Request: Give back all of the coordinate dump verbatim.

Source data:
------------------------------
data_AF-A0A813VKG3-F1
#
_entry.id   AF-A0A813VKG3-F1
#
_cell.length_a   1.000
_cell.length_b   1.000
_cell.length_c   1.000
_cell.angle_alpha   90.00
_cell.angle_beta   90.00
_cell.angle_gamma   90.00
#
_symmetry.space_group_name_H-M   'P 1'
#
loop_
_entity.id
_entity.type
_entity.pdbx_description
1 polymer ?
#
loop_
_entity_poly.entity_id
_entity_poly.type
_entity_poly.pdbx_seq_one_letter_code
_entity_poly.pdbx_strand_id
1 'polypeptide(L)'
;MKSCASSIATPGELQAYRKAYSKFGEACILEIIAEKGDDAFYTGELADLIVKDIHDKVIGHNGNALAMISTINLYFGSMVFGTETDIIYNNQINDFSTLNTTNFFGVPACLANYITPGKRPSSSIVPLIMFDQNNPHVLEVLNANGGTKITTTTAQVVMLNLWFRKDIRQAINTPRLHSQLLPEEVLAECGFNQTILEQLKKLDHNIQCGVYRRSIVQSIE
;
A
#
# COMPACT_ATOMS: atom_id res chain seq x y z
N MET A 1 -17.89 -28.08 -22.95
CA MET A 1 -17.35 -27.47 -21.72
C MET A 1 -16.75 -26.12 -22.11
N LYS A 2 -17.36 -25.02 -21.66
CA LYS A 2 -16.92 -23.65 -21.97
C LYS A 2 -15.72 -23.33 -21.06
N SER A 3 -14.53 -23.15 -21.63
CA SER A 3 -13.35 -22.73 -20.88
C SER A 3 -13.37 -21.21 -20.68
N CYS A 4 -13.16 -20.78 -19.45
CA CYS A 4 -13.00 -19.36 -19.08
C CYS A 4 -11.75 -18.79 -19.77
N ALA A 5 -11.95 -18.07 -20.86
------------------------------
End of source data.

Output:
data_AF-A0A813VKG3-F1
#
_entry.id   AF-A0A813VKG3-F1
#
_cell.length_a   1.000
_cell.length_b   1.000
_cell.length_c   1.000
_cell.angle_alpha   90.00
_cell.angle_beta   90.00
_cell.angle_gamma   90.00
#
_symmetry.space_group_name_H-M   'P 1'
#
loop_
_entity.id
_entity.type
_entity.pdbx_description
1 polymer ?
#
loop_
_entity_poly.entity_id
_entity_poly.type
_entity_poly.pdbx_seq_one_letter_code
_entity_poly.pdbx_strand_id
1 'polypeptide(L)'
;MKSCASSIATPGELQAYRKAYSKFGEACILEIIAEKGDDAFYTGELADLIVKDIHDKVIGHNGNALAMISTINLYFGSMVFGTETDIIYNNQINDFSTLNTTNFFGVPACLANYITPGKRPSSSIVPLIMFDQNNPHVLEVLNANGGTKITTTTAQVVMLNLWFRKDIRQAINTPRLHSQLLPEEVLAECGFNQTILEQLKKLDHNIQCGVYRRSIVQSIE
;
A
#
# COMPACT_ATOMS: atom_id res chain seq x y z
N MET A 1 -17.89 -28.08 -22.95
CA MET A 1 -17.35 -27.47 -21.72
C MET A 1 -16.75 -26.12 -22.11
N LYS A 2 -17.36 -25.02 -21.66
CA LYS A 2 -16.92 -23.65 -21.97
C LYS A 2 -15.72 -23.33 -21.06
N SER A 3 -14.53 -23.15 -21.63
CA SER A 3 -13.35 -22.73 -20.88
C SER A 3 -13.37 -21.21 -20.68
N CYS A 4 -13.16 -20.78 -19.45
CA CYS A 4 -13.00 -19.36 -19.08
C CYS A 4 -11.75 -18.79 -19.77
N ALA A 5 -11.95 -18.07 -20.86